The Women’s Prize For Fiction 2022: The Shortlist

These are the six books up for this year's coveted literary prize.

The 2022 Shortlist

by Hanna Woodside |

Now in its 27th year, the Women's Prize For Fiction celebrates outstanding original fiction written in English by women from anywhere in the world. From the 16 books on this year's longlist, six novels have been selected for the final shortlist.

This year's judging panel, chaired by author Mary Ann Sieghart, includes journalist and editor Lorraine Candy, novelist and podcaster Dorothy Koomson, author and literary journalist Anita Sethi, and writer and broadcaster Pandora Sykes.

The winner of the Prize will be announced on Wednesday 15 June 2022. Following this, the Virtual Shortlist Festival will be held on Monday 23, Tuesday 24 and Wednesday 25 June, 7pm, featuring Live Q&As with the shortlisted authors. These events will be hosted by author Kate Mosse, Founder Director of the Prize, and will present readings from well-known actors.

In the mean time, here's what you need to know about the six shortlisted novels...

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Women's Prize For Fiction 2022 Shortlist

THE BREAD THE DEVIL KNEAD by  Lisa Allen-Agostini
1 of 6

Alethea Lopez is about to turn 40. Fiercely independent, she manages a boutique in Port of Spain, Trinidad but behind closed doors she's coping with an abusive relationship and seeking solace in an affair with her boss. When she witnesses a woman murdered by a jealous lover, the reality of her own future comes a little too close to home. A novel that explores gender violence, racism and female liberation, set against a Trinidadian backdrop.

THE SENTENCE by Louise Erdrich
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A small independent bookstore in Minneapolis is haunted from November 2019 to November 2020 by the store's most annoying customer, Flora, who simply won't leave. Tookie, who has landed a job selling books after years of incarceration that she survived by reading, must solve the mystery of this haunting while at the same time navigating a year of grief, astonishment and isolation. A layered novel that explores identity, exploitation, and how the burdens of history still shape our lives today.

SORROW AND BLISS by Meg Mason
3 of 6

Everyone tells Martha Friel she is clever and beautiful, a brilliant writer who has been loved every day of her adult life by one man, her husband Patrick. So why is everything broken? Why is Martha – on the edge of 40 – friendless, practically jobless and so often sad? And why did Patrick decide to leave? Forced to return to her childhood home to live with her dysfunctional, bohemian parents, Martha has one last chance to find out whether a life is ever too broken to fix. A novel about modern love up and the confusion of mental illness.

THE BOOK OF FORM AND EMPTINESS by Ruth Ozeki
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After the death of his father, 13-year-old Benny begins to hear the voices of objects around him: a broken ornament, a piece of lettuce, a pair of scissors. When his mother – struggling with grief and life as a single parent – develops a hoarding problem, the voices grow ever louder. Benny retreats to his local library, where the books at least speak in whispers. There he meets others on the fringes of society, including a teenage performance artist and a homeless, alcoholic philosopher – as well as encountering a rather special book: his book, the story of his life. An inventive novel about loss, growing up and our relationship with the things that surround us.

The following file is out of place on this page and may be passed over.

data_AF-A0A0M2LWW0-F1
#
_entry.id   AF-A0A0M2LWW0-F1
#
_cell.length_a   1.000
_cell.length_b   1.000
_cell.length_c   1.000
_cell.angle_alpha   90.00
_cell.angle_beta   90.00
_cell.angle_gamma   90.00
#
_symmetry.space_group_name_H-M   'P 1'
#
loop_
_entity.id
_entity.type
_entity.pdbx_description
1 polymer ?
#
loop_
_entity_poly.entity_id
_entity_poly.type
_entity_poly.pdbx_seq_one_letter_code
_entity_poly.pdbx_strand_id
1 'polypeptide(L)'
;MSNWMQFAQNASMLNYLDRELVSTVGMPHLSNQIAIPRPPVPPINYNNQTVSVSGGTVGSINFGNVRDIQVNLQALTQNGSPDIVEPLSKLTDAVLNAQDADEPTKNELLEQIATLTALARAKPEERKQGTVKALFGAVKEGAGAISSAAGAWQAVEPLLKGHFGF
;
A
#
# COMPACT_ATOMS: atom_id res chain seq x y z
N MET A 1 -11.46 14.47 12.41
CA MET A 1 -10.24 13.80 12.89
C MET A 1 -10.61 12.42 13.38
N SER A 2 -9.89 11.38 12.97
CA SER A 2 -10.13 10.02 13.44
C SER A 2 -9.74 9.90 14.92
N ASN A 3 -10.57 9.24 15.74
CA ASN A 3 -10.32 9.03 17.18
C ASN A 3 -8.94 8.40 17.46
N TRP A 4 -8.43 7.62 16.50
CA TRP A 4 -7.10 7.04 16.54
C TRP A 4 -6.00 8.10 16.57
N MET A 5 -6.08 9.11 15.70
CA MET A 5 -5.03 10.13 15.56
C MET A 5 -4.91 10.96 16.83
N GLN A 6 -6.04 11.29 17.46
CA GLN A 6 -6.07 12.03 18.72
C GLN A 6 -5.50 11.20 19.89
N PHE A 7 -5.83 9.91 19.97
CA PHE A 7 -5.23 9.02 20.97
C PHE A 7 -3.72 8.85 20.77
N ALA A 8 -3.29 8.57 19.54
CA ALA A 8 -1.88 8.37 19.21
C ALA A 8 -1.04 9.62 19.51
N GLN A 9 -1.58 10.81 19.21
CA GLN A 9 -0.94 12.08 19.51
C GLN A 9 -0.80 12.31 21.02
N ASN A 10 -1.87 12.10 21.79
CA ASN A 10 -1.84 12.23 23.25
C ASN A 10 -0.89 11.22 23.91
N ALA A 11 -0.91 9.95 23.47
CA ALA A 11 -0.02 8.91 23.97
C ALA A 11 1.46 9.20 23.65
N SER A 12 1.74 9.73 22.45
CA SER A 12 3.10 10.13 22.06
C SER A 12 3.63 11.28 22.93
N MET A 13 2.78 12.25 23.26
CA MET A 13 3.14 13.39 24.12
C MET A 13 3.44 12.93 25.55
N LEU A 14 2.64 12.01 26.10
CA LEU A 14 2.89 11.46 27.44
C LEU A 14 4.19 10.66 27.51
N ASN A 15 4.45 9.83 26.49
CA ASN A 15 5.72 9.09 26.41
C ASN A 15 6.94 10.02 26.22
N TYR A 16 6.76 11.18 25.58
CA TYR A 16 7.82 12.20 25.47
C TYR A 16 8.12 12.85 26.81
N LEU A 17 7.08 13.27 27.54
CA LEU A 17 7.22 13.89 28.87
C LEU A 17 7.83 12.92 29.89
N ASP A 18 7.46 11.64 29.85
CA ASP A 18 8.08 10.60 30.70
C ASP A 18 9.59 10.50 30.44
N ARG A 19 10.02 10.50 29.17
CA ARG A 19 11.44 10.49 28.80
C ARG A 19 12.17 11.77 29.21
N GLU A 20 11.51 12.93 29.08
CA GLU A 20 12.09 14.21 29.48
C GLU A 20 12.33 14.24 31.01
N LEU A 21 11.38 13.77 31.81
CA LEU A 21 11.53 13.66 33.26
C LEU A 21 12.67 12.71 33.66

THE ISLAND OF MISSING TREES by Elif Shafak
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It is 1974 on the island of Cyprus. Two teenagers, from opposite sides of a divided land, meet at a tavern in the city they both call home. The tavern is the only place that Kostas, who is Greek and Christian, and Defne, who is Turkish and Muslim, can meet in secret. It's a place to forget, even if for just a few hours, the world outside and its sorrows. In the centre of the tavern, growing through a hole in the roof, is a fig tree. This tree will witness their hushed, happy meetings, and the tree will be there when the war breaks out, when the capital is reduced to rubble, when the teenagers vanish and break apart. Decades later in north London, 16-year-old Ada Kazantzakis has never visited the island where her parents were born. Desperate for answers, she seeks to untangle years of secrets, separation and silence. The only connection she has to the land of her ancestors is a Ficus Carica growing in the back garden...

GREAT CIRCLE by Maggie Shipstead
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From the night she is rescued as a baby from the flames of a sinking ship to the day she joins a pair of daredevil pilots, the life of Marian Graves has always been marked by a lust for freedom and danger. In 1950, she embarks on a Great Circle flight, circumnavigating the globe. It is Marian's life dream and her final journey: she crash lands into the Antarctic ice and is never seen again. Half a century later, Hadley Baxter, a traumatised actor beset by scandal, is drawn to play Marian Graves in her biopic, a role that will lead her to probe the mysteries of the vanished pilot's life. Great Circle is a drama about lives lived on the edge: two defiant women in search of an undefinable freedom.

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